New blockchain lending
In my ongoing campaign to be your one-stop shop for millennial stereotypes, allow me to present a few of my generation’s favorite things: cryptocurrency and debt!
In short, here’s SALT. No relation. It stands for Secured Automated Lending Technology (mine stands for Sleepy Author Languorously Typing Expert Ruminations) and it’s a straight-up new way of lending money based on digital cryptocurrencies. Bitcoin and the like.
The TL;DR is this: traditionally, bitcoin or any other digital cryptocurrency has two big selling points.
First, SALT is peer-to-peer. No banks, no governments, just an encrypted record of who has what, and buyers and sellers determining how much they’re willing to buy and sell stuff for. Second, it’s secure.
Even cryptocurrency users who aren’t opposed to banks and governments on principle are concerned about the security of their financial information, and let’s be real: that’s pretty valid. Tech security, including financial security, is, to say the least, imperfect.
Fixing the flaw
For a while now, however, there’s been a major flaw in the cryptocurrency model: for a lot of folks, it’s not real money. At present, most of the people who sell houses and sandwiches and salad spinners favor dead presidents over the mysteries of blockchain.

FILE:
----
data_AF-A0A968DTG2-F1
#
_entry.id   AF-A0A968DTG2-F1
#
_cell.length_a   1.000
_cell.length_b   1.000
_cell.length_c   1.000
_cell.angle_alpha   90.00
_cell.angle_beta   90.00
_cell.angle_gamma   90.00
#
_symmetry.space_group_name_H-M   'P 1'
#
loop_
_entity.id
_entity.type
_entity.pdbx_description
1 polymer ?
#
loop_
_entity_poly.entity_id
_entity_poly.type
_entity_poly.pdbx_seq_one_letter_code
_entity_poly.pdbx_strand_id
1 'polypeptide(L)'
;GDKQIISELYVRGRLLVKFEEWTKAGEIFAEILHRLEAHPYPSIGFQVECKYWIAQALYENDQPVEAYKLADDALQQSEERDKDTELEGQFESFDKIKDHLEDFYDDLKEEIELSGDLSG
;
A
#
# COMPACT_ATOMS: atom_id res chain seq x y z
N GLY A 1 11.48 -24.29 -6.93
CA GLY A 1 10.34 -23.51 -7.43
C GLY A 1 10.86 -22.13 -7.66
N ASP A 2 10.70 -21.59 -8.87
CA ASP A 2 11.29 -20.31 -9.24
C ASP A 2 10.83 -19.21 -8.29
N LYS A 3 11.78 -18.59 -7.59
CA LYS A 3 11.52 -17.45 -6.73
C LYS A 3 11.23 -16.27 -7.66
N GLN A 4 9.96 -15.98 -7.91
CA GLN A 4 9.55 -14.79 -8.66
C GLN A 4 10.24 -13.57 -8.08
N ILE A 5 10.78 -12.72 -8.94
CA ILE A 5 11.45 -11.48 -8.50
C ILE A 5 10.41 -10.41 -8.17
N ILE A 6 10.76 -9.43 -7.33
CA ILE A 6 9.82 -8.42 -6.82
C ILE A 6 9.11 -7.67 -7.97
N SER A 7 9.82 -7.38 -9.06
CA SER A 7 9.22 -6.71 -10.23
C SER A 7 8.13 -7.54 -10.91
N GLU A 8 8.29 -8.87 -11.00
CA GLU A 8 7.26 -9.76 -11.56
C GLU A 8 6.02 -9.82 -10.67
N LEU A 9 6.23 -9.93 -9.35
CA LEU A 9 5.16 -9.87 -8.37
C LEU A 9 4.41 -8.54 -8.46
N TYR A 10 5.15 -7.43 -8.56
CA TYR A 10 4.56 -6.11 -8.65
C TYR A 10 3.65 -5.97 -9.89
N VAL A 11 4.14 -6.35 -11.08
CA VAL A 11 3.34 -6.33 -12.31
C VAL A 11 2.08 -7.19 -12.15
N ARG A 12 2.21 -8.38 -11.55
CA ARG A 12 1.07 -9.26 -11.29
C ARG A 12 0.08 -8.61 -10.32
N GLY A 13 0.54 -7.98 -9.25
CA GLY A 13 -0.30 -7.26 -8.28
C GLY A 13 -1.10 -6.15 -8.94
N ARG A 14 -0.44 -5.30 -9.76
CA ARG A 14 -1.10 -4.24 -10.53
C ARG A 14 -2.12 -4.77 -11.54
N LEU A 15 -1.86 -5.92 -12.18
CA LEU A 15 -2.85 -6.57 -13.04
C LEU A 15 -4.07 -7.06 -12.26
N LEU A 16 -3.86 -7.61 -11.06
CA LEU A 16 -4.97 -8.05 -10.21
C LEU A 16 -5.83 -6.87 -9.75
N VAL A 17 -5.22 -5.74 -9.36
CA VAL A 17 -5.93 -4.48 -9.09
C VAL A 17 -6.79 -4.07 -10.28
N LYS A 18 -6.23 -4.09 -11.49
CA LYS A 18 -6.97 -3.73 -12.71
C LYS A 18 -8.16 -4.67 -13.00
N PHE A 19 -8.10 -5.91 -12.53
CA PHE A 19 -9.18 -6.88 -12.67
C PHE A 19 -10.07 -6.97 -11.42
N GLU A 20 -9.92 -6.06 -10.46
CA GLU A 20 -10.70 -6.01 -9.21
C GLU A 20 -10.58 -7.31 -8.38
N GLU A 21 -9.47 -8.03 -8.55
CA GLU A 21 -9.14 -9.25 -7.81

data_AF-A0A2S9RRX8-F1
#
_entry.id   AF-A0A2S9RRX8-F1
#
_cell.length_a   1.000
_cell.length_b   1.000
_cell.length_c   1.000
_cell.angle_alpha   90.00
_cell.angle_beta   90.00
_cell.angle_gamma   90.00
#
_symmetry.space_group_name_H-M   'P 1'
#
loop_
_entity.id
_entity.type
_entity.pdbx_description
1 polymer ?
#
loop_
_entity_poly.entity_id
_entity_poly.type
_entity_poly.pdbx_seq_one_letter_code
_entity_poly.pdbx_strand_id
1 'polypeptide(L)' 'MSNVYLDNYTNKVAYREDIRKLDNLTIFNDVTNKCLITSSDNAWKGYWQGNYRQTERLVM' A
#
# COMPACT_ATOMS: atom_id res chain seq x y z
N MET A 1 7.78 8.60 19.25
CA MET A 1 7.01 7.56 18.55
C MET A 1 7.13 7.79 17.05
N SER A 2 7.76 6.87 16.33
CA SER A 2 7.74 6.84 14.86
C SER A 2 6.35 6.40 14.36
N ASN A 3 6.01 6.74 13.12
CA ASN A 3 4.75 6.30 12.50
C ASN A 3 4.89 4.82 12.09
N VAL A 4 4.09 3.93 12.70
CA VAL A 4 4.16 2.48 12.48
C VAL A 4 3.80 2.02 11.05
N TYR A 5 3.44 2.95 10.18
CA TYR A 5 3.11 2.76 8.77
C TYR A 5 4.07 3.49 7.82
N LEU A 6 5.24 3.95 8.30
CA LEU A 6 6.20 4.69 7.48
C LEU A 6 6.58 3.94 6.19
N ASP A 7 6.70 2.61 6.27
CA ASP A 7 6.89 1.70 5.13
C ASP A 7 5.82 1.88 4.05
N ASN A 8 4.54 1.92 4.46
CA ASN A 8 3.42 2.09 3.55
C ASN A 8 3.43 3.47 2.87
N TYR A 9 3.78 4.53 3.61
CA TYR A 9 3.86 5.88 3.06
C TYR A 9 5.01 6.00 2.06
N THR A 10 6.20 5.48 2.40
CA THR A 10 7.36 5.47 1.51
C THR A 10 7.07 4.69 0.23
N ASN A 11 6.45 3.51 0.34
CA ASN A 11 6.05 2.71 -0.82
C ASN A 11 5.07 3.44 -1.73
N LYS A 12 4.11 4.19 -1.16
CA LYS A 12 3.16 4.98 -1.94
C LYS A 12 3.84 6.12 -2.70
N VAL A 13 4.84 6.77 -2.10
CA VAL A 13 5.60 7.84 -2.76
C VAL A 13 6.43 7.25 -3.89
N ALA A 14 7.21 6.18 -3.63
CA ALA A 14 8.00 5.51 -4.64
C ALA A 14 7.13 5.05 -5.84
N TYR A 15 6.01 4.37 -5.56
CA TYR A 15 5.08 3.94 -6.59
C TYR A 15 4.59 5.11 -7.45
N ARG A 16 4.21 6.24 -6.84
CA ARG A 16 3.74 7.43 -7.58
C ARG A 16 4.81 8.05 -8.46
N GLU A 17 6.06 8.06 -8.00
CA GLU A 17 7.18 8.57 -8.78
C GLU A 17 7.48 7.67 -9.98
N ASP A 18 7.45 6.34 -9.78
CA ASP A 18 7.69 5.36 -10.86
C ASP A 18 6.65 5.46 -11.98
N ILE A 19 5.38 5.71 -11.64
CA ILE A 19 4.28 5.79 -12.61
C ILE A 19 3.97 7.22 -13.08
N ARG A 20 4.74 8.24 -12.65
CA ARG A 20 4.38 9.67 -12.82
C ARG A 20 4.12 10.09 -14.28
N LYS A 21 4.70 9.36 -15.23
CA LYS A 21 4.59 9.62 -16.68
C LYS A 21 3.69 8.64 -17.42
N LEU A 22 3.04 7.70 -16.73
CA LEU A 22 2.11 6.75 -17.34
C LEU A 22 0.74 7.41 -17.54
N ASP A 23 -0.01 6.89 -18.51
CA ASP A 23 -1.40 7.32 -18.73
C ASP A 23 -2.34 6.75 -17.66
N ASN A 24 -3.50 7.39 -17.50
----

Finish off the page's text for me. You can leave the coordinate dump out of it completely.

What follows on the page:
Banks in particular tend to assign roughly as much value to cryptocurrency as they do to my fat stacks of septims in Skyrim.
You cannot trade those for goods and services. I asked.
SALT foresees an opening, a potential third benefit to digital cryptocurrency. Given a pool of investors willing to lend, cryptocurrency goes beyond buying and selling to the magical land of credit.
Obviously, loans in cryptocurrency have always been an option: you can do whatever you want with the stuff as long as buyer and seller, or lessor and lessee, agree. That’s sort of the point.
What SALT is offering is one step beyond: liquid cash for crypto collateral. The difference is simple and huge: banks don’t recognize bitcoin and its kindred as valuable – SALT does.
That’s the new part, a new community of borrowers and lenders in both cryptocurrency and liquid cash, accepting cryptocurrency as collateral in exchange for “real” money or to guarantee other assets. No credit history, no legal limitations, because per the institutions that exist now, what is being accepted or disbursed is worthless.
This could be huge
That’s sort of huge. The word “disruptive” gets thrown around lots these days. I should know. Frankly, it’s starting to mean “pay us to make this cheaper and worse.” SALT, if it works, and if people buy in, means more. It constitutes a new way of lending people money, based on a kind of money that didn’t exist ten years ago.